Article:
There is no quantifiable standard by which to measure bad losses, even if some are more implicitly unexplainable than others.
It was one thing for the Steelers to lose to the Kansas City Chiefs last season, a team that came into the Week 10 matchup with only two victories but walked away with a numbing 27-24 overtime victory, thanks in large part to a 97-yard kick return to start the game and several big pass plays to force the extra period.
And, two weeks later, it was another to lose to the Oakland Raiders, another two-win opponent who made a number of big pass plays during a 21-point fourth quarter and was the benefactor of a dropped interception by rookie cornerback Joe Burnett that would have ended the game.
But, one week later, at the miserable height of what would be a five-game losing streak, there would be little explanation for the way the Steelers listlessly performed in a 13-6 loss to the Browns in Cleveland, a game so devoid of purposeful focus and aggression that defensive end Aaron Smith could sense the emotional flatline on television.
"I sat at home and watched that game and it just didn't seem like we played our type of game," said Smith, who was on the season-ending injured reserve list at the time. "The Browns did what they had to do. They were effective running the ball and they took advantage of mistakes we made."
Curiously, the Steelers did not make many mistakes that night in Cleveland, other than properly preparing to play in the numbing cold against the Browns, who were 1-12 at the time. They did not commit a turnover and were penalized a modest four times for 40 yards, although one was a holding penalty by Tyrone Carter that wiped out a fumble recovery by Anthony Madison at the Cleveland 44 on a punt return.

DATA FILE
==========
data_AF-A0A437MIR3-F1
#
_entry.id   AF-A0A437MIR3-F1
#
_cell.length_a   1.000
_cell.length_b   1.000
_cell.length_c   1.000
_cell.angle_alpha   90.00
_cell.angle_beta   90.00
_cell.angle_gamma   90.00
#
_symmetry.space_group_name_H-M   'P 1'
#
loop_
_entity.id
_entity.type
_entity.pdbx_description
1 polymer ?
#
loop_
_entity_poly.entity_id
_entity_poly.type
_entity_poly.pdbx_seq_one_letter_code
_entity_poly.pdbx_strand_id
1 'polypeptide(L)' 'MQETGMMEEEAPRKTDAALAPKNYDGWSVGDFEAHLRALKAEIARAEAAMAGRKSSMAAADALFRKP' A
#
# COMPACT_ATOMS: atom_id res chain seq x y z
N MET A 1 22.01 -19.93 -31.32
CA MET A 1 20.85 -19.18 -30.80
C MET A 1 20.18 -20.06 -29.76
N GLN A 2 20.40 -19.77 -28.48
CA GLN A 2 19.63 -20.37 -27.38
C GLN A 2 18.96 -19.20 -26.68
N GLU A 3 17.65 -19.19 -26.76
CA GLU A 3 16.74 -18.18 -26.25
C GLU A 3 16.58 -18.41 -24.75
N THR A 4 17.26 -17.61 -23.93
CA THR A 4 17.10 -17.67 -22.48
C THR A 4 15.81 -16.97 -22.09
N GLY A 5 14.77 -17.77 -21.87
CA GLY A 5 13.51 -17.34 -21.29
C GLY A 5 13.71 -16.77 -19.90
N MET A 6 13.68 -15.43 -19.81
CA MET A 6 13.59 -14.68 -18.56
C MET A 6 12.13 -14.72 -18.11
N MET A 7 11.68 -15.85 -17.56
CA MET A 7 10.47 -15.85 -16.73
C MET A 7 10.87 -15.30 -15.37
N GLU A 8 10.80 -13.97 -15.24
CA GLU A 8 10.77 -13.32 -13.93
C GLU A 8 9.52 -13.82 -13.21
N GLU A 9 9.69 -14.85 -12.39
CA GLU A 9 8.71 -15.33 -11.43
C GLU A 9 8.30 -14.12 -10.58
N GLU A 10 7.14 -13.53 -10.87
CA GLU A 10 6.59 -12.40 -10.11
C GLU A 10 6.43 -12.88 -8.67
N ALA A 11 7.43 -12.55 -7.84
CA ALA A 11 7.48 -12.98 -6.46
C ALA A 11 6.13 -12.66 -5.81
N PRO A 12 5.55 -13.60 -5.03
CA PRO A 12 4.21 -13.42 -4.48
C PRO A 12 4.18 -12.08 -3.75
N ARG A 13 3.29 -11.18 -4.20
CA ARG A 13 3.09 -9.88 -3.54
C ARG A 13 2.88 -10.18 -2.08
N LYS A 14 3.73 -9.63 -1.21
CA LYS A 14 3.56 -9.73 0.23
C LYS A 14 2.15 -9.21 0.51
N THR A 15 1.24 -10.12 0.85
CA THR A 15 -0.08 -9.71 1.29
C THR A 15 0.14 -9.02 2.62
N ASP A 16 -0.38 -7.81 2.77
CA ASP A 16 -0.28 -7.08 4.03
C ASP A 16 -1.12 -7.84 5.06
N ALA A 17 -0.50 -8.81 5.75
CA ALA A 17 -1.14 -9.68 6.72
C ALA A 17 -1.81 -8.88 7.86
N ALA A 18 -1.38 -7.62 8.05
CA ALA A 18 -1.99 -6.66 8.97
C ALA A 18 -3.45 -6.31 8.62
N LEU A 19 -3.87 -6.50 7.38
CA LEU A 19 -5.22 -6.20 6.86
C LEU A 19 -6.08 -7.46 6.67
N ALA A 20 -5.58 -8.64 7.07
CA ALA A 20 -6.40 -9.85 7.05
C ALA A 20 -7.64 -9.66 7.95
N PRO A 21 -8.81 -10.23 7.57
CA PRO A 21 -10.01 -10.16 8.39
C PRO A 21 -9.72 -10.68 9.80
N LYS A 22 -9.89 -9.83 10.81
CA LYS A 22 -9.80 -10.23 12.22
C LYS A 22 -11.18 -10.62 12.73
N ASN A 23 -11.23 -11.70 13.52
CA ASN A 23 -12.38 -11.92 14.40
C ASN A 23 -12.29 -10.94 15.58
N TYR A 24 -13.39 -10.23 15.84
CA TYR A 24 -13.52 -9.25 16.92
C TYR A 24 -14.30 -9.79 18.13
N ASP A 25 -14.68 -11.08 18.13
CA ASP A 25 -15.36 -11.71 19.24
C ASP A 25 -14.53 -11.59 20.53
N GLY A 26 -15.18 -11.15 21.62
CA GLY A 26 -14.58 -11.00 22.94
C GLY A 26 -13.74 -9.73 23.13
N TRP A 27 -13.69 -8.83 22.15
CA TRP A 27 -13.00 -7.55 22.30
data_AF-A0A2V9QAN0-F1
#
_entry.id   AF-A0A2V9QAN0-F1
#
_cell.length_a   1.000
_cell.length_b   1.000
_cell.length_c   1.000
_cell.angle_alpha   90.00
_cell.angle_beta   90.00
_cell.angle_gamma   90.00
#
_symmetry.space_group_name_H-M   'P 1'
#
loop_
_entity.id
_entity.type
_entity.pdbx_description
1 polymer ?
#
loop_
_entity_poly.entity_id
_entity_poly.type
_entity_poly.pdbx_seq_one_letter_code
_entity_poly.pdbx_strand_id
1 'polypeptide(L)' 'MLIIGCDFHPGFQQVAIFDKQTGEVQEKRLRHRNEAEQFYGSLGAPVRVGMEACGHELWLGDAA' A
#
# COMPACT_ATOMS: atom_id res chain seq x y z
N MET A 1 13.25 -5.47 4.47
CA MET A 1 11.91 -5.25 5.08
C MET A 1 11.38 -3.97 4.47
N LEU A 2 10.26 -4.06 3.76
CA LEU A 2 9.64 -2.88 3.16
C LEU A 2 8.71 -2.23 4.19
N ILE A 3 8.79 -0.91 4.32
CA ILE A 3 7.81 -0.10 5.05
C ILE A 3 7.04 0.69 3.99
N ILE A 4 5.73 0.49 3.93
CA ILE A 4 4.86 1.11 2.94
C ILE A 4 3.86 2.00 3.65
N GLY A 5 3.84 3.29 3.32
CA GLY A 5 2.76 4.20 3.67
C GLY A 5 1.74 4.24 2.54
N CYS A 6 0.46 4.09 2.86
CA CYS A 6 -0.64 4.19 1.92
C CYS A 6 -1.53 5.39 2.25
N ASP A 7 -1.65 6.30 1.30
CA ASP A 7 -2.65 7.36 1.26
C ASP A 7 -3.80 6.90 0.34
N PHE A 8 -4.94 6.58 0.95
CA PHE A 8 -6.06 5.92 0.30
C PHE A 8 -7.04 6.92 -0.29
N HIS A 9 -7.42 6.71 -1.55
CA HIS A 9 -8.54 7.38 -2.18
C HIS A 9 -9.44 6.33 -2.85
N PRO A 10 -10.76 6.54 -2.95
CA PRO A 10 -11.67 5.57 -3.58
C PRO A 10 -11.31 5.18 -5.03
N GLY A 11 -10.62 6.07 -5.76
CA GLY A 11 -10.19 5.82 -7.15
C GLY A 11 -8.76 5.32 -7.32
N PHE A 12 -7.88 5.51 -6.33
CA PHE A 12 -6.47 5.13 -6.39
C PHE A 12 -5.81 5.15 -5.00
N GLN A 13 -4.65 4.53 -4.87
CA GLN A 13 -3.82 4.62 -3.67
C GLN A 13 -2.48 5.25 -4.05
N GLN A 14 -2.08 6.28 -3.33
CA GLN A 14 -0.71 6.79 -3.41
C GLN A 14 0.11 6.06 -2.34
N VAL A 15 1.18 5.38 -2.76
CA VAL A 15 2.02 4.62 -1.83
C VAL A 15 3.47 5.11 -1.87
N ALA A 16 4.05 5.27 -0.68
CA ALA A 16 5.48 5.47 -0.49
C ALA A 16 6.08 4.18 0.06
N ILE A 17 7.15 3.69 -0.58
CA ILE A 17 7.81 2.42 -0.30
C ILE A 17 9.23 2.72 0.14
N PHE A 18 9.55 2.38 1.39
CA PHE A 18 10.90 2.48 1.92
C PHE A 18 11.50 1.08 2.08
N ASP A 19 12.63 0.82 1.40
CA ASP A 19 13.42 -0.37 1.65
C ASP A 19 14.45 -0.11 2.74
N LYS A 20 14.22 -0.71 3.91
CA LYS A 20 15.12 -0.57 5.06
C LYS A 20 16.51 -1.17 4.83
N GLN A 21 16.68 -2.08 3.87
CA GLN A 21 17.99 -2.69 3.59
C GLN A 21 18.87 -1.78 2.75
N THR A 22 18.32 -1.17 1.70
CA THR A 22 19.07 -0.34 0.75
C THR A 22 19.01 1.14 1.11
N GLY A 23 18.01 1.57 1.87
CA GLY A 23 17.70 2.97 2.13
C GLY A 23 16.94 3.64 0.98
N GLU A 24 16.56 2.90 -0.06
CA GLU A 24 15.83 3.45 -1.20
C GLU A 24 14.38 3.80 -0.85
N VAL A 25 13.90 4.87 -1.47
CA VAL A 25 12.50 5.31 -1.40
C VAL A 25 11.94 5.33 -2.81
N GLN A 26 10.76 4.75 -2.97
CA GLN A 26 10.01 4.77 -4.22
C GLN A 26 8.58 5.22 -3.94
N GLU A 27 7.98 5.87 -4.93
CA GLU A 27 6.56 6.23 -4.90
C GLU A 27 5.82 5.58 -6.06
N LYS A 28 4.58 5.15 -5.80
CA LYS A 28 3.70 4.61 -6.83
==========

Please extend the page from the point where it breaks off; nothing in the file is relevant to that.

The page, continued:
After the re-punt, the Browns went 74 yards on eight plays to score the game's only touchdown -- a 10-yard run by backup running back Chris Jennings -- and take a 13-0 lead with 41 seconds remaining in the half.
The Browns never made it past their 45 on five possessions in the second half, but it didn't seem to matter. The Steelers were playing as if they were more interested in staying warm than winning their 13th consecutive game against the Browns.
"It was like we were there physically, but not mentally," said wide receiver Mike Wallace, who had two catches for 11 yards in the game.
"I don't know, I think we just lost focus," said guard Chris Kemoeatu, who was returning after missing the previous game with an injured wrist and knee and gave up two of the eight sacks against Ben Roethlisberger. "I don't think the weather should ever get to us, but that was one of the coldest games."
To be sure, the game was one of the coldest in the long history of the series. The temperature was 15 degrees, but 25-48 mph winds made it feel like minus-6. Because of the conditions, some of the Steelers players didn't go on the field before the game. One of those was Roethlisberger, who completed 18 of 32 passes for 201 yards in the gusty conditions.
"You know me, and us as team. I never use excuses, but I don't think the weather helped," Roethlisberger said Monday, the Steelers' first day back to practice after a three-day break because of the off week. "You didn't see guys warming up. I was one. I warmed up in the tunnel. We didn't go out and warm up.
"That's not the excuse. The excuse is, once we got on the field, they just kicked our butt, point blank. Our preparation before the game wasn't where it needed to be and theirs probably was, and they came out and flat out beat us."
Flat being the operative word.
Gerry Dulac: firstname.lastname@example.org .